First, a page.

Many funding agencies actively encourage – if not require – researchers to engage with the public. But where do you start? In this workshop we will cover different types of public engagement, how to develop an effective public engagement strategy, and how to deal with ethical approvals, safety and evaluation.
Bias, discrimination and decolonizing palaeontology
The impact of colonization is still being felt across the world and within the field of palaeontology. Please join us to discover, engage and discuss on what can be done to remove the bias and discrimination, how palaeontology is currently portraying a skewed narrative, the solutions to making palaeontology more equitable and the best way to decolonize palaeontology for current and future generations. Additionally, practical activities and practise will be available for all those that wish to participate to put some of the solutions and ideas discussed into action.
Are you interested in experimental taphonomy, microbeam analyses (SEM, FTIR, Raman) or in setting up your own lab? Join us on a tour of the palaeontology laboratory facilities at the School of Biological, Earth and Environmental Sciences at UCC and speak to members of the Cork palaeo group about the various equipment available.
In the afternoon, the Annual Symposium will run from 13:00 – 17:00 with the theme “Chemical fossils”. The full schedule and list of speakers and talk titles will be published on the website in May.
Delegates may opt-in for a packed lunch; delegates may select options for different dietary requirements at time of registration.
Thursday 21st and Friday 22nd July: Talks and posters
Thursday 21st July will feature a full day of talks and posters, followed by the Annual Address given by Prof. Daniela Schmidt from the University of Bristol, UK (further details will be announced soon). The Annual Dinner will be subsidized thanks to the generosity of our sponsors. Attendance at the dinner is capped so places will be allocated at time of registration on a first-come, first-served basis. It will be held in Pairc Uí Chaoimh, a state of the art stadium with a capacity of 45,000 people and the home of Ireland’s national sports hurling and gaelic football in Cork. Delegates will be treated to a live match on the all weather pitch followed by dinner and a céilí (music and dancing). The dinner is subsidized thanks to the generosity of our sponsors; coach transport will be provided.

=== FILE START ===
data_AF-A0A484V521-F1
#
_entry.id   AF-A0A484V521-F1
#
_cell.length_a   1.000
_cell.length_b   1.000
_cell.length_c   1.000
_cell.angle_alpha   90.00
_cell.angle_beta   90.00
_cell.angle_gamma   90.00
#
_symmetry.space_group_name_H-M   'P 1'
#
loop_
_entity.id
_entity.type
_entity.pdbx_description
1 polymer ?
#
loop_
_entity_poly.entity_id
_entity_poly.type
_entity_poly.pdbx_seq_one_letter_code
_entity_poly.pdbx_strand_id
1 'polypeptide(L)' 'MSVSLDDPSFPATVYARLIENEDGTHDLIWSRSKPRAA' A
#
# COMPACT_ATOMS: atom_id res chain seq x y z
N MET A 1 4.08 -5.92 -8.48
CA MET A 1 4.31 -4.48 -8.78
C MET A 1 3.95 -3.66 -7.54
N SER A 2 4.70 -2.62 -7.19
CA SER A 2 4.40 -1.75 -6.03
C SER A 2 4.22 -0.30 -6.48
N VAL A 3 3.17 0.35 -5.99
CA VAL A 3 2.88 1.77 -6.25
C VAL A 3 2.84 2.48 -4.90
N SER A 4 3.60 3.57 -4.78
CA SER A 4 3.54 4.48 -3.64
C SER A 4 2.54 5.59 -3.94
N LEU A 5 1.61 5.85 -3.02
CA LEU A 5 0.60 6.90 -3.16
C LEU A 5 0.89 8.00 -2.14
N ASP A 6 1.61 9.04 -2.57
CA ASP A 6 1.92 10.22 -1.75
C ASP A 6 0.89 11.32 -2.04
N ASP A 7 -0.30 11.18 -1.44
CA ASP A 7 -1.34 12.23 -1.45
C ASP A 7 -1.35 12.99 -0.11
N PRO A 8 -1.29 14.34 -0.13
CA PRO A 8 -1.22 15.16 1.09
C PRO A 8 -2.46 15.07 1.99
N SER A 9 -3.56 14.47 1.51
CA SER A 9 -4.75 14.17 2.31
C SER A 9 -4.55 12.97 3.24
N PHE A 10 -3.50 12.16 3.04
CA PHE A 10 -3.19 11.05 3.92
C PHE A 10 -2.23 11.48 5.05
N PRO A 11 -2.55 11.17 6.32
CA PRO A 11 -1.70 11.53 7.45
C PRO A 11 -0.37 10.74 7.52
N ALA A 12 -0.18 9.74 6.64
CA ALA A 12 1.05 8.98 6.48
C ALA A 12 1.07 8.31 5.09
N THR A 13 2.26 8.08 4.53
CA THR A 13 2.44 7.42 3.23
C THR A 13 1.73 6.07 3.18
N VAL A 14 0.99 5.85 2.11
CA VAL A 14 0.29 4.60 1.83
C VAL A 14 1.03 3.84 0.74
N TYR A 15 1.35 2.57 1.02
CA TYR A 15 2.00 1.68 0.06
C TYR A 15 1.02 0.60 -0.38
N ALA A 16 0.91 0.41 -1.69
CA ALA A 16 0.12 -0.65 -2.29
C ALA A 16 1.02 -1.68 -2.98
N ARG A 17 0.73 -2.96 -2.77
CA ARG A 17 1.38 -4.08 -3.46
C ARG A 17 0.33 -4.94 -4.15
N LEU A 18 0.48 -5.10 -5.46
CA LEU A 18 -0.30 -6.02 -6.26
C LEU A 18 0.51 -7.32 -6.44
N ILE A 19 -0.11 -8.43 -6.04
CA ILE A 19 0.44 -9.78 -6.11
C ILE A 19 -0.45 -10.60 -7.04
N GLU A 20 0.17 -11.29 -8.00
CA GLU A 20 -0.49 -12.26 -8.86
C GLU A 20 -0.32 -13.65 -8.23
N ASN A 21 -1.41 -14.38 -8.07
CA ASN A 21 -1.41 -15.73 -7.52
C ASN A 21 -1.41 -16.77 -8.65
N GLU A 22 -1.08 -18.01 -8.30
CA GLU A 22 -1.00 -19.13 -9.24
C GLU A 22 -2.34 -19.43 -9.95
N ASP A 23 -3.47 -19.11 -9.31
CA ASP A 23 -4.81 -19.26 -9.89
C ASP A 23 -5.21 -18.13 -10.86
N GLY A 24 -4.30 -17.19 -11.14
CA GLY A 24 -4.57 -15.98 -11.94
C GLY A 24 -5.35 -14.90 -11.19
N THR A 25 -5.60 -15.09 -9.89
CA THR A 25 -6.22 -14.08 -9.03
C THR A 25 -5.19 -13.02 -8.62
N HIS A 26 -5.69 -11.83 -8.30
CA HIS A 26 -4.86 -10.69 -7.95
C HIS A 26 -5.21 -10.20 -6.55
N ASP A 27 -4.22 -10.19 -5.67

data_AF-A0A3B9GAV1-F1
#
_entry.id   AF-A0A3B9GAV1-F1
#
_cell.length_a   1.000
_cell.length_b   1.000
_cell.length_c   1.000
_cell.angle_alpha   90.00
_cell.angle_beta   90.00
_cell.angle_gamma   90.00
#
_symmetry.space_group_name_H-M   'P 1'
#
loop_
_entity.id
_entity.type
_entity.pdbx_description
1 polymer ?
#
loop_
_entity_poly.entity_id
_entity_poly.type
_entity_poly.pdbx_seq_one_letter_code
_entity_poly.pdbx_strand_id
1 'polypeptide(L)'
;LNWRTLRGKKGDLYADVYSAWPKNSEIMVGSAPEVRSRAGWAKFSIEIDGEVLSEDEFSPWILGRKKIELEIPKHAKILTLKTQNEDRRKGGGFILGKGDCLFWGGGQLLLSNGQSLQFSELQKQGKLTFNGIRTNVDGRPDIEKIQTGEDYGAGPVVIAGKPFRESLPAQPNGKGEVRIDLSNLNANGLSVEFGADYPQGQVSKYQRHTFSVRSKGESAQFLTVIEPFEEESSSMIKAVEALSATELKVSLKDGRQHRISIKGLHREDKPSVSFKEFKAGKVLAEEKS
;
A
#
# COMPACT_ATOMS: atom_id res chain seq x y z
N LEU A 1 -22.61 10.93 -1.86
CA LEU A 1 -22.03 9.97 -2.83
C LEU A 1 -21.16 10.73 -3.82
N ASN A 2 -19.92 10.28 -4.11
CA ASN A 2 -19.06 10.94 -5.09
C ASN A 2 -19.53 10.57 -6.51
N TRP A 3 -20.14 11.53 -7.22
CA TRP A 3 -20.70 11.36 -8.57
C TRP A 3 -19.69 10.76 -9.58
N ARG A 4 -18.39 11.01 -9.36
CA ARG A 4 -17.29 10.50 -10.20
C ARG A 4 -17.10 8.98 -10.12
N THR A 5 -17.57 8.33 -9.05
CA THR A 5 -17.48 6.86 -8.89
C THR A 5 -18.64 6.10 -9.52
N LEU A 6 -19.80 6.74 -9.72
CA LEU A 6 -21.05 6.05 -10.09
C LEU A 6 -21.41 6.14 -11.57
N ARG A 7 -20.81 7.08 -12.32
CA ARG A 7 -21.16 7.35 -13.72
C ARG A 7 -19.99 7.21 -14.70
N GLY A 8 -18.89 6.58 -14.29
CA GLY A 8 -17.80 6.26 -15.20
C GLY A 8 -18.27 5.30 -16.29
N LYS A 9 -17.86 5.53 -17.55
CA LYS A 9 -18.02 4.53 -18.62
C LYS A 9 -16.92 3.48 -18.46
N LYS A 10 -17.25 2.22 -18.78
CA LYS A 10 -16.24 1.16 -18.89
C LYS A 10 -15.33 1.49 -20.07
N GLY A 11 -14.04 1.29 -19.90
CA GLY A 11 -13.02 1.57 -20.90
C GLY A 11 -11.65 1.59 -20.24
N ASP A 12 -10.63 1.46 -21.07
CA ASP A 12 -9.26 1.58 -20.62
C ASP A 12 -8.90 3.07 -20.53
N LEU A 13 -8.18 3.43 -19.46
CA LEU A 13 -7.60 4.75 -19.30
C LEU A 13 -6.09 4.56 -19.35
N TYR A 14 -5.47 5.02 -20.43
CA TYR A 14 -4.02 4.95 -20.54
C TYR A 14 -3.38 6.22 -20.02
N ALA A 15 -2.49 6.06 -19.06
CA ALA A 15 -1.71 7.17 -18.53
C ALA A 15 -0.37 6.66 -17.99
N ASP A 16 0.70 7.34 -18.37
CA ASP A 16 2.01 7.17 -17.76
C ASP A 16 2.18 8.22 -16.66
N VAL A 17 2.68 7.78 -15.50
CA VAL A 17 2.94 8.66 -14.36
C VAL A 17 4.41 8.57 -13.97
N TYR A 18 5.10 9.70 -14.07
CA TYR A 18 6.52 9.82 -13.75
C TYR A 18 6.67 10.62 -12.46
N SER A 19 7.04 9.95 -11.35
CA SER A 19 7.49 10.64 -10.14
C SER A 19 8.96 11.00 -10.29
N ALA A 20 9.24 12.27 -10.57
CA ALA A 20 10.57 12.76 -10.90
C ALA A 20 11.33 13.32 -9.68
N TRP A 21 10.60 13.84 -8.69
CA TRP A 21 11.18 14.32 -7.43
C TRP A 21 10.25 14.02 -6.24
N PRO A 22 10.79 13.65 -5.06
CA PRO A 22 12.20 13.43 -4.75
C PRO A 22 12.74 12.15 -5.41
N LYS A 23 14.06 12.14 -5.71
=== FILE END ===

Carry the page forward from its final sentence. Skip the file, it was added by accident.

Friday 22nd July will again be a full day of talks and posters.
On both days delegates may opt-in for a packed lunch. Delegates may select options for different dietary requirements at time of registration.
Saturday 23rd July and Sunday 24th July: Field-trip
A two-day post-conference field-trip will visit the Carboniferous rocks of North Clare on Ireland’s Atlantic seaboard. Delegates will visit several Lower Carboniferous (Viséan) sites in the remarkable Burren region and Upper Carboniferous (Namurian) sites along the coast, including the Cliffs of Moher. The Burren is the largest glaciokarst in Europe and is celebrated for its spectacular scenery but also its unique flora and archaeological heritage. The visually stunning Cliffs of Moher, which rise to over 200 m above sea level, are the longest sea cliffs in Europe and host internationally important seabird colonies. The fieldtrip will visit various sites of palaeontological and geomorphological interest and will include several short hikes on uneven terrain.
The trip will depart Cork at 08:00 on the 23rd, returning ca. 19:00 on the 24th. The fieldtrip fees will include overnight accommodation, transport and all meals; there will be two tiers of accommodation options (i.e. with one less expensive option). The number of participants will be limited due to coach capacity so places will be allocated on a first-come, first-served basis at time of registration.